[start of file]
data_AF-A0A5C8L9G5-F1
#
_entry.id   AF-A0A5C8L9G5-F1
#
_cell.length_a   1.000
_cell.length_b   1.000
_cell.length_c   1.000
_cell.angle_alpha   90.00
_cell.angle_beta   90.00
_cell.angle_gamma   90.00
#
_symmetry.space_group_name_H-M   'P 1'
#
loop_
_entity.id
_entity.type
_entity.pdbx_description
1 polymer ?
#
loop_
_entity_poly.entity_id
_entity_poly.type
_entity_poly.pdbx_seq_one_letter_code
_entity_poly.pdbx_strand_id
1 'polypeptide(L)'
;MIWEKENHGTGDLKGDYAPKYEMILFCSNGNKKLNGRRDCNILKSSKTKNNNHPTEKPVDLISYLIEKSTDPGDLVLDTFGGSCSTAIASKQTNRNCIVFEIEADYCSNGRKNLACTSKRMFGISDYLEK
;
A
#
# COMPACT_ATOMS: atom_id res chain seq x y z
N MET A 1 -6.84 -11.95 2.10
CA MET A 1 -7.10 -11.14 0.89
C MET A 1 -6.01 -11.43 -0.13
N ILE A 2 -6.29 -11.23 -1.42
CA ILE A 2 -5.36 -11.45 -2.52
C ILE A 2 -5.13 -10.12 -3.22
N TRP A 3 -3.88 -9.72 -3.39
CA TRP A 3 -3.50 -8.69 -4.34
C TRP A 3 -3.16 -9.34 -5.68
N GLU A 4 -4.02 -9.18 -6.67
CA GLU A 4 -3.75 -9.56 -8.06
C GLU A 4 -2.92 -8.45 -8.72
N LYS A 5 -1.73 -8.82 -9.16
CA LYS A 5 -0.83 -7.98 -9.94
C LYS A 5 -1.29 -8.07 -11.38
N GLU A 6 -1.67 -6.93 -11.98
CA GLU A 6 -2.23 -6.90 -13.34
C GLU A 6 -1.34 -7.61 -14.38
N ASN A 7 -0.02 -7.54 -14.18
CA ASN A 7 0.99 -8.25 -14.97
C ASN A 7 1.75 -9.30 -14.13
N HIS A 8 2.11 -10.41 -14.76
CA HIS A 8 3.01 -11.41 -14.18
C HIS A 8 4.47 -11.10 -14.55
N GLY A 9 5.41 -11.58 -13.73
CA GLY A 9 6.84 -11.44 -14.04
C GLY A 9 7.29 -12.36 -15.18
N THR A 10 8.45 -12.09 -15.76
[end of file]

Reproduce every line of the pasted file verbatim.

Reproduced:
data_AF-A0A5C8L9G5-F1
#
_entry.id   AF-A0A5C8L9G5-F1
#
_cell.length_a   1.000
_cell.length_b   1.000
_cell.length_c   1.000
_cell.angle_alpha   90.00
_cell.angle_beta   90.00
_cell.angle_gamma   90.00
#
_symmetry.space_group_name_H-M   'P 1'
#
loop_
_entity.id
_entity.type
_entity.pdbx_description
1 polymer ?
#
loop_
_entity_poly.entity_id
_entity_poly.type
_entity_poly.pdbx_seq_one_letter_code
_entity_poly.pdbx_strand_id
1 'polypeptide(L)'
;MIWEKENHGTGDLKGDYAPKYEMILFCSNGNKKLNGRRDCNILKSSKTKNNNHPTEKPVDLISYLIEKSTDPGDLVLDTFGGSCSTAIASKQTNRNCIVFEIEADYCSNGRKNLACTSKRMFGISDYLEK
;
A
#
# COMPACT_ATOMS: atom_id res chain seq x y z
N MET A 1 -6.84 -11.95 2.10
CA MET A 1 -7.10 -11.14 0.89
C MET A 1 -6.01 -11.43 -0.13
N ILE A 2 -6.29 -11.23 -1.42
CA ILE A 2 -5.36 -11.45 -2.52
C ILE A 2 -5.13 -10.12 -3.22
N TRP A 3 -3.88 -9.72 -3.39
CA TRP A 3 -3.50 -8.69 -4.34
C TRP A 3 -3.16 -9.34 -5.68
N GLU A 4 -4.02 -9.18 -6.67
CA GLU A 4 -3.75 -9.56 -8.06
C GLU A 4 -2.92 -8.45 -8.72
N LYS A 5 -1.73 -8.82 -9.16
CA LYS A 5 -0.83 -7.98 -9.94
C LYS A 5 -1.29 -8.07 -11.38
N GLU A 6 -1.67 -6.93 -11.98
CA GLU A 6 -2.23 -6.90 -13.34
C GLU A 6 -1.34 -7.61 -14.38
N ASN A 7 -0.02 -7.54 -14.18
CA ASN A 7 0.99 -8.25 -14.97
C ASN A 7 1.75 -9.30 -14.13
N HIS A 8 2.11 -10.41 -14.76
CA HIS A 8 3.01 -11.41 -14.18
C HIS A 8 4.47 -11.10 -14.55
N GLY A 9 5.41 -11.58 -13.73
CA GLY A 9 6.84 -11.44 -14.04
C GLY A 9 7.29 -12.36 -15.18
N THR A 10 8.45 -12.09 -15.76